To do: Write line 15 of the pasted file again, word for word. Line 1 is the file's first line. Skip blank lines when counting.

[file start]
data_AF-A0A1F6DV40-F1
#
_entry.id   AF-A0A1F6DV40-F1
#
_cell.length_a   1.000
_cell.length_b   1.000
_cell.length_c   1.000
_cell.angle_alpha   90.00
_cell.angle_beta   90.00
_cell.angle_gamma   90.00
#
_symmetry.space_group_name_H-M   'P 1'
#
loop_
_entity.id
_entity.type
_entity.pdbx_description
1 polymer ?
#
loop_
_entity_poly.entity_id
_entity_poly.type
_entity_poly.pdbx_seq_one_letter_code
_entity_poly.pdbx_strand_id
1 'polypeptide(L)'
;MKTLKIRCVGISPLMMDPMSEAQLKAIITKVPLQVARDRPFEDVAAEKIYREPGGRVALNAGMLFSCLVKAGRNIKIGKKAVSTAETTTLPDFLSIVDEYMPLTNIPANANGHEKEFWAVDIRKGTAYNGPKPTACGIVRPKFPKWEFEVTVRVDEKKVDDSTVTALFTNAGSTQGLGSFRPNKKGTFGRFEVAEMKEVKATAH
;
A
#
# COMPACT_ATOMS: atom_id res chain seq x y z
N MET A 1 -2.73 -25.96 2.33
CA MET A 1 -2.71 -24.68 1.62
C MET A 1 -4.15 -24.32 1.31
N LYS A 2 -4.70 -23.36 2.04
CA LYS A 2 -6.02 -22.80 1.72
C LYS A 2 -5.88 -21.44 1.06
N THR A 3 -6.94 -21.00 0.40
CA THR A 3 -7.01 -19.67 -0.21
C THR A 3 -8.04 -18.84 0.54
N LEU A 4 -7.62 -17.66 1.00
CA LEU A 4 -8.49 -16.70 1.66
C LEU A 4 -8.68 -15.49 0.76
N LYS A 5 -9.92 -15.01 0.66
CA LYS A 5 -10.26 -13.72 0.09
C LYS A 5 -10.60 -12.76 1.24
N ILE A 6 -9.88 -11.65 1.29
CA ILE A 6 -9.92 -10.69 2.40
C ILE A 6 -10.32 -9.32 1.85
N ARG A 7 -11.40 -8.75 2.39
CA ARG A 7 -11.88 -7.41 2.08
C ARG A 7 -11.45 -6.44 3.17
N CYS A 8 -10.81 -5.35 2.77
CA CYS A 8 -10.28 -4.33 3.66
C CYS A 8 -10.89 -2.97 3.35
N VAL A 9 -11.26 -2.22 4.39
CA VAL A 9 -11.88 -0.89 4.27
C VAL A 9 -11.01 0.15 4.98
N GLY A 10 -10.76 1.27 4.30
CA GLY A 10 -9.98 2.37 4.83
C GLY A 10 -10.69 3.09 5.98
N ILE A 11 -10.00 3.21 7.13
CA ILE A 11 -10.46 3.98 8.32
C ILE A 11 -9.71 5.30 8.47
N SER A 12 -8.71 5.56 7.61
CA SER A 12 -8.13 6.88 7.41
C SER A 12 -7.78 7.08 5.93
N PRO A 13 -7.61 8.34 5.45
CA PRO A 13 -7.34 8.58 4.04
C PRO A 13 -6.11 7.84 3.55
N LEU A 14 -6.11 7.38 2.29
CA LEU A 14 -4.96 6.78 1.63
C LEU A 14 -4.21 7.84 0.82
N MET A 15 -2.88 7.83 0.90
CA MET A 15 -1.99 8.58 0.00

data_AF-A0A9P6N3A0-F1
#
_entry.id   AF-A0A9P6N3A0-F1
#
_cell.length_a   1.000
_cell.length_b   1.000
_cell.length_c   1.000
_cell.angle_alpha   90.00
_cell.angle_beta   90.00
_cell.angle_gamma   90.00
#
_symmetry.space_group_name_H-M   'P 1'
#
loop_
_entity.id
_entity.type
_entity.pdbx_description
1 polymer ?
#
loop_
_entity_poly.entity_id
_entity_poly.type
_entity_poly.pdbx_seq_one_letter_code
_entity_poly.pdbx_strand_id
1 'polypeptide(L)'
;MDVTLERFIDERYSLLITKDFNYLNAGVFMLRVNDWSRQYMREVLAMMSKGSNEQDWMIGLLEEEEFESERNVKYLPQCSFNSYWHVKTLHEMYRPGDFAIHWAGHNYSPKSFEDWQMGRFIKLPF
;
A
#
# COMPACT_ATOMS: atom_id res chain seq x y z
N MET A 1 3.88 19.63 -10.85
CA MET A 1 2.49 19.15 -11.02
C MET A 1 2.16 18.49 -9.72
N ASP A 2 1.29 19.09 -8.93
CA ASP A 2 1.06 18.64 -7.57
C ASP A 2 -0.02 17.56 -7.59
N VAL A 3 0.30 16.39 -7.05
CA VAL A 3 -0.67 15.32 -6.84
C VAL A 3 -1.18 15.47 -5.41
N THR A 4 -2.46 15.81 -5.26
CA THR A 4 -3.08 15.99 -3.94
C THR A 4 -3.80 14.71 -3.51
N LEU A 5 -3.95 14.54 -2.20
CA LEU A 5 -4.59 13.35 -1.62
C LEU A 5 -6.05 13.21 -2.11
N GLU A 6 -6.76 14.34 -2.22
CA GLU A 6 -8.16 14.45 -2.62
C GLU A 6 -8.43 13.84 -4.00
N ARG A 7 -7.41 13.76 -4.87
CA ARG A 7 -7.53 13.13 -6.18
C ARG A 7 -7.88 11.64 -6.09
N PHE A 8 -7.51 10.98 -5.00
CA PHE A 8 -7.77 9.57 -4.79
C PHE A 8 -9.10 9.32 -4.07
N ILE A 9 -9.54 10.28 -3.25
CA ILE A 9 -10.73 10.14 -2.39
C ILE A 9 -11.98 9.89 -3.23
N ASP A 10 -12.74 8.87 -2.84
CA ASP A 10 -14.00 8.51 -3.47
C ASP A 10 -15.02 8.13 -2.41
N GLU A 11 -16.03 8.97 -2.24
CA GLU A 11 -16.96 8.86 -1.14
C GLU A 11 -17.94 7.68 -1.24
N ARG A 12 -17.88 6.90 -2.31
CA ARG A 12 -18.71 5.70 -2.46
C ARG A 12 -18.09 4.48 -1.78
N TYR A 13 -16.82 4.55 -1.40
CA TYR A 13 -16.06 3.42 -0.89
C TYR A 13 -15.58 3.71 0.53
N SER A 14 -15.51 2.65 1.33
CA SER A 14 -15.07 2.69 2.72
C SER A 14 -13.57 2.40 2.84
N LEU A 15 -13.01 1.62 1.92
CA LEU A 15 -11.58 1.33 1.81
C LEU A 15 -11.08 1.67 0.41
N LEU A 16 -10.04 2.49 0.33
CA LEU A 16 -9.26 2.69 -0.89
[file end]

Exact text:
_entity.id